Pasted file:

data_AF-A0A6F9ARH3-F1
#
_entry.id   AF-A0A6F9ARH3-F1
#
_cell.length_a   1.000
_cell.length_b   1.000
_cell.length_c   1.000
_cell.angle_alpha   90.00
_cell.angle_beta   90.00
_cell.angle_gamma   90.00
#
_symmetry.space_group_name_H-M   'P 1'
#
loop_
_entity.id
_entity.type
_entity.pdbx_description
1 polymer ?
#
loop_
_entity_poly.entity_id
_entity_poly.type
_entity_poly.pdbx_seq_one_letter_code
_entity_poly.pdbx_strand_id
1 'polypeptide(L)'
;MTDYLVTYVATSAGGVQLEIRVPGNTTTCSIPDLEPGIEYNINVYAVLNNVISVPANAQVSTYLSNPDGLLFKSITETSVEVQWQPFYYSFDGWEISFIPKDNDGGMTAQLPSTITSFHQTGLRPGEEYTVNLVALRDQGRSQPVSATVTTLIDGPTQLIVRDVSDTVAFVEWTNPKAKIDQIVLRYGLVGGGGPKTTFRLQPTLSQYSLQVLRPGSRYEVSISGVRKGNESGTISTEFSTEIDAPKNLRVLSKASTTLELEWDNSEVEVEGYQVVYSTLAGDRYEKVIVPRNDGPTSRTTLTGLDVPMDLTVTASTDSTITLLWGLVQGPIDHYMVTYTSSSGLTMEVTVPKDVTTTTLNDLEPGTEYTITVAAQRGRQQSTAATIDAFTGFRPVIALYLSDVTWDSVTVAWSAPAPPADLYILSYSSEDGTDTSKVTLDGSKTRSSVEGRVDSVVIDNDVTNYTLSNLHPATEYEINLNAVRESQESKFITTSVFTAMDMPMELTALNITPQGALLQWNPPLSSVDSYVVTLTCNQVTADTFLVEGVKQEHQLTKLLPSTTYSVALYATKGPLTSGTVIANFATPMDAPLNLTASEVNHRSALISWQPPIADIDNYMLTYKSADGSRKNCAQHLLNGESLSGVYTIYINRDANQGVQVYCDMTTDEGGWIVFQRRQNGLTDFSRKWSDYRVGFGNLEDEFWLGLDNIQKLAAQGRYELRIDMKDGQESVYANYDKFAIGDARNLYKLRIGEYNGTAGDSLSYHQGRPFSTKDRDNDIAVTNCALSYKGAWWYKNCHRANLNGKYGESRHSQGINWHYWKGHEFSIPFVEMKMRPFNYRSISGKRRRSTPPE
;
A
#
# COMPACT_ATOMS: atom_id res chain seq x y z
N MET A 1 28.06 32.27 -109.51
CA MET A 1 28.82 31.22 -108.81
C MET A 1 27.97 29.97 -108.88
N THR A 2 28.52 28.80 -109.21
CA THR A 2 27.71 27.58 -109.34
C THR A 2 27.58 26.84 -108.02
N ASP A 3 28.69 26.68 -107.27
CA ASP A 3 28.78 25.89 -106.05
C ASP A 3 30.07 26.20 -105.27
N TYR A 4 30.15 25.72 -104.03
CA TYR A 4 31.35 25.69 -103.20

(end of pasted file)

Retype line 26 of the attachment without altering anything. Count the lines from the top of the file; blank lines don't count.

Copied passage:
;MTDYLVTYVATSAGGVQLEIRVPGNTTTCSIPDLEPGIEYNINVYAVLNNVISVPANAQVSTYLSNPDGLLFKSITETSVEVQWQPFYYSFDGWEISFIPKDNDGGMTAQLPSTITSFHQTGLRPGEEYTVNLVALRDQGRSQPVSATVTTLIDGPTQLIVRDVSDTVAFVEWTNPKAKIDQIVLRYGLVGGGGPKTTFRLQPTLSQYSLQVLRPGSRYEVSISGVRKGNESGTISTEFSTEIDAPKNLRVLSKASTTLELEWDNSEVEVEGYQVVYSTLAGDRYEKVIVPRNDGPTSRTTLTGLDVPMDLTVTASTDSTITLLWGLVQGPIDHYMVTYTSSSGLTMEVTVPKDVTTTTLNDLEPGTEYTITVAAQRGRQQSTAATIDAFTGFRPVIALYLSDVTWDSVTVAWSAPAPPADLYILSYSSEDGTDTSKVTLDGSKTRSSVEGRVDSVVIDNDVTNYTLSNLHPATEYEINLNAVRESQESKFITTSVFTAMDMPMELTALNITPQGALLQWNPPLSSVDSYVVTLTCNQVTADTFLVEGVKQEHQLTKLLPSTTYSVALYATKGPLTSGTVIANFATPMDAPLNLTASEVNHRSALISWQPPIADIDNYMLTYKSADGSRKNCAQHLLNGESLSGVYTIYINRDANQGVQVYCDMTTDEGGWIVFQRRQNGLTDFSRKWSDYRVGFGNLEDEFWLGLDNIQKLAAQGRYELRIDMKDGQESVYANYDKFAIGDARNLYKLRIGEYNGTAGDSLSYHQGRPFSTKDRDNDIAVTNCALSYKGAWWYKNCHRANLNGKYGESRHSQGINWHYWKGHEFSIPFVEMKMRPFNYRSISGKRRRSTPPE